Economic Development

Dangerous Work

Reducing disability costs is a winner for state budgets. But there are losers, and they aren't happy.
by | April 2006

For years, California was known to businesses all over the country as the costliest place to pay for a worker's injury. Employers' insurance rates dwarfed those in other states. In the past few years, that's changed. California has radically overhauled its workers' compensation system, recovering billions of dollars and largely undoing its longstanding reputation. But the battle isn't over. By the end of this year, California might be on the way to getting its dubious distinction back.

The state's move toward workers' comp cost containment came in two stages. The first one, under former Governor Gray Davis, included a cap on visits to chiropractors and physical therapists, as well as a requirement that doctors justify the medical treatments they prescribe. Then, in 2004, Governor Arnold Schwarzenegger changed the formula that determines the overall amount of money paid to workers injured on the job. The upshot has been a savings to the state of more than $8 billion in workers' comp costs since 2003.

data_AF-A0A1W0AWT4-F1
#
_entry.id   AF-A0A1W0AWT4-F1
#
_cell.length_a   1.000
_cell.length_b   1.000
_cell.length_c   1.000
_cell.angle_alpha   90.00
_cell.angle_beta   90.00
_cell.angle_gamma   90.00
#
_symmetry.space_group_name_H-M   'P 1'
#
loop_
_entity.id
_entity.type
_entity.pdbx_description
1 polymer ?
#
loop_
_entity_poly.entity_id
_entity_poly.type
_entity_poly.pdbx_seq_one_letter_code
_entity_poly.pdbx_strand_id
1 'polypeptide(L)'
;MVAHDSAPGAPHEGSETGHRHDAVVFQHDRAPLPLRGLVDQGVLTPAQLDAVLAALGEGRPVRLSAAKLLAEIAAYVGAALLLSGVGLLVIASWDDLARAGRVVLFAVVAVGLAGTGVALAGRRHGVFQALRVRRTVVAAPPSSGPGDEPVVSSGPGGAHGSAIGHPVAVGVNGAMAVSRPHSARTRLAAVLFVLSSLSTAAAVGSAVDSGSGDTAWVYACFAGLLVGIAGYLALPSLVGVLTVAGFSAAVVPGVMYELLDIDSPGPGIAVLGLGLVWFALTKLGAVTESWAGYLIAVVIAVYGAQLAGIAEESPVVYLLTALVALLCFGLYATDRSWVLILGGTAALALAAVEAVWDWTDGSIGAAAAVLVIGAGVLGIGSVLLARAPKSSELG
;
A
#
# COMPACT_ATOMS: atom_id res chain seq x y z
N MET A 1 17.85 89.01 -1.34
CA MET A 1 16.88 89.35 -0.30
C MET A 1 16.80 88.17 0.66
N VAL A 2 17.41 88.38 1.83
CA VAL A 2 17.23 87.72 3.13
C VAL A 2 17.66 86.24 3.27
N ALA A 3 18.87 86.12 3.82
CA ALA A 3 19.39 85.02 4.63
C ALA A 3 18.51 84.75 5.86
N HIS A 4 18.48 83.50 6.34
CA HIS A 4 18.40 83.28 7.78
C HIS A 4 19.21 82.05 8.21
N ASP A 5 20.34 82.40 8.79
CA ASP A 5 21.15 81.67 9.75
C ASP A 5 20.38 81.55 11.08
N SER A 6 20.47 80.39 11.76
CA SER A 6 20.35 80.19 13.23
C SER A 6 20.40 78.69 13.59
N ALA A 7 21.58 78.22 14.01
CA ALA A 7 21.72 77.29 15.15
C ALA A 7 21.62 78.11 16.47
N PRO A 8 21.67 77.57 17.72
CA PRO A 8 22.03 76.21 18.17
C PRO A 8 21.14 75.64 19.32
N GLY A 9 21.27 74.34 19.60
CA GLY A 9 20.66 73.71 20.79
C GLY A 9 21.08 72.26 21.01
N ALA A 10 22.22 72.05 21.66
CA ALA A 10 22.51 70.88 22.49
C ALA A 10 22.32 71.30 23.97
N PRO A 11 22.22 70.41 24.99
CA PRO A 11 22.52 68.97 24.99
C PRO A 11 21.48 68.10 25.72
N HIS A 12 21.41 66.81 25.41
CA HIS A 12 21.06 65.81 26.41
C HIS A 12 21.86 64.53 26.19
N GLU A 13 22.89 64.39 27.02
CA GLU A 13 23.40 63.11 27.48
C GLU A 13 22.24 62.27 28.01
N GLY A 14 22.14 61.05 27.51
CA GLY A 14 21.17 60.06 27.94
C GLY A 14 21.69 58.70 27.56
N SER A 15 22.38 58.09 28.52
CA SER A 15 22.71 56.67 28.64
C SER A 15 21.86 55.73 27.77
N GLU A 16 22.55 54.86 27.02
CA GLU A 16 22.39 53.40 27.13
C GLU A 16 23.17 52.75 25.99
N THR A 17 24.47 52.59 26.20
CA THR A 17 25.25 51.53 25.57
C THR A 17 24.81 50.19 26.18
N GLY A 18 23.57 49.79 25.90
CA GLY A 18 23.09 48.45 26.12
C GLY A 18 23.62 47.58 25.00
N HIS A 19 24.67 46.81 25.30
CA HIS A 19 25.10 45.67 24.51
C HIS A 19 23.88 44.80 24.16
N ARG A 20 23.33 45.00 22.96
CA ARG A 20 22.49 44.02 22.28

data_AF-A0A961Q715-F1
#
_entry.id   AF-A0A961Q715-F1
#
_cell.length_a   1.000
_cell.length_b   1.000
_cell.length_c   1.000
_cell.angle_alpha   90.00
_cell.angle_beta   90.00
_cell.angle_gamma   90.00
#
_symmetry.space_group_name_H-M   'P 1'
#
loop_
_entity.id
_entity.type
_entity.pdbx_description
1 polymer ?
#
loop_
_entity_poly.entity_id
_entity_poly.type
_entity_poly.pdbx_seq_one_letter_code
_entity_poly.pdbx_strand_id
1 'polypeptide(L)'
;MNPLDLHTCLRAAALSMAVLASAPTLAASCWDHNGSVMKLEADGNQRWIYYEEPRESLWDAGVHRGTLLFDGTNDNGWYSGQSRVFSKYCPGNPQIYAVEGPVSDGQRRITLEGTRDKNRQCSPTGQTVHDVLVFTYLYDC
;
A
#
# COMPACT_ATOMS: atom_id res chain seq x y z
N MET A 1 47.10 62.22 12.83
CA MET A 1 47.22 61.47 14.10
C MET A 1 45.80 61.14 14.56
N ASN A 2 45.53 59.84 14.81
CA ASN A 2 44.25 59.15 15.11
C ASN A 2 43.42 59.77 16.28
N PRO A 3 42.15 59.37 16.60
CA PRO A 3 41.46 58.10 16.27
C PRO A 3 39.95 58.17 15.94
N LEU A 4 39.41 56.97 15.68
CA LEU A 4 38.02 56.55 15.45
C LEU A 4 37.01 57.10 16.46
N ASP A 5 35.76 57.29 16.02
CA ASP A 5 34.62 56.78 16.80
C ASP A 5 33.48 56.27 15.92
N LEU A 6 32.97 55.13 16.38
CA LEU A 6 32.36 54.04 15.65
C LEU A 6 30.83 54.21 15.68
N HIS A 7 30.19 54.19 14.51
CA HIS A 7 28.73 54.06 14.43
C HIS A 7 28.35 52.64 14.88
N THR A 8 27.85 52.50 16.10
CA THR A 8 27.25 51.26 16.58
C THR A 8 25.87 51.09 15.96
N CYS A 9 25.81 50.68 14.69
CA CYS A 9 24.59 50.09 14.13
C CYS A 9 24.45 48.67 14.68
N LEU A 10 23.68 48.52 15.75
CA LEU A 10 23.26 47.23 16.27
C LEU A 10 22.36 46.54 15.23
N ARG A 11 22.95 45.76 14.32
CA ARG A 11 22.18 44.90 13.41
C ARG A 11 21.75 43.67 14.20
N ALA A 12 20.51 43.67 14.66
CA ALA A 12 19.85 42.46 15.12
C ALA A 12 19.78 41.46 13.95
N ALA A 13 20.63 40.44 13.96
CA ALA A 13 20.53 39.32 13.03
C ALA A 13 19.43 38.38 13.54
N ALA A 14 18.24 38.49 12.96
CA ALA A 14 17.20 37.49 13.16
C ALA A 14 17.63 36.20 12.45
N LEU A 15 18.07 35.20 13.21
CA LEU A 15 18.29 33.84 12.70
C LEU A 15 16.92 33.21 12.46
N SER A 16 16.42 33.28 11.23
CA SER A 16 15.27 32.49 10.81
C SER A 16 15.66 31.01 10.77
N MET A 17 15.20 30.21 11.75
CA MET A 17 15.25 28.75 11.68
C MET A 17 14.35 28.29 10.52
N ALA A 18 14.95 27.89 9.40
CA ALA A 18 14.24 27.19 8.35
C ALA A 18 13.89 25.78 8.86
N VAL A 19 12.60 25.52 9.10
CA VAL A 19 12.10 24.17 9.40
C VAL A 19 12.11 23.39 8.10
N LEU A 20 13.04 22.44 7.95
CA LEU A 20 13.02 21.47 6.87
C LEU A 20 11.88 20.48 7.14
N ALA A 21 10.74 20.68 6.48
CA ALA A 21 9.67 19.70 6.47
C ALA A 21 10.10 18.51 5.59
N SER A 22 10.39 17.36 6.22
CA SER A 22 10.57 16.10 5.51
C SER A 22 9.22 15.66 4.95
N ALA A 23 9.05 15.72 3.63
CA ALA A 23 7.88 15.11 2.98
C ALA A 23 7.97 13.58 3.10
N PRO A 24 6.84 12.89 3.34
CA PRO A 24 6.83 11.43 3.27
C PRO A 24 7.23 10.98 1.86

But that's $8 billion that hasn't been going to injured workers, and there are critics who say that while the new system is saving money, it is insensitive to genuine medical needs. The Schwarzenegger administration insists that's false--that the decrease actually shows the old system was flawed. "People talk about high disability awards like it's a good thing," says Susan Gard, of the state's Division of Workers' Compensation. "Under the old system, we saw widespread abuse of medical treatment. We saw lots and lots of treatment that didn't help injured workers get any better."

Nonetheless, the drop in worker benefits has energized an effort to repeal the workers'comp changes. Three different ballot proposals aimed at this fall's state ballot--all drafted by the same group of backers--are seeking to derail the changes and boost benefits closer to the levels that prevailed before two administrations chose to take action.

It's too early to gauge support for the ballot measures, but all three have qualified for signature-gathering, and if one of them makes it onto the November ballot and is approved by voters, workers' comp in California might once again become the budget-buster that it was in the 1990s.

Gard thinks that would be a disaster in more ways than one. "We're making a cultural shift," she says hopefully, "to a system that's focused on getting workers healthy and back to work as soon as possible." The question will be whether that shift has taken hold in the minds of voters the way it has in the minds of fiscal reformers.


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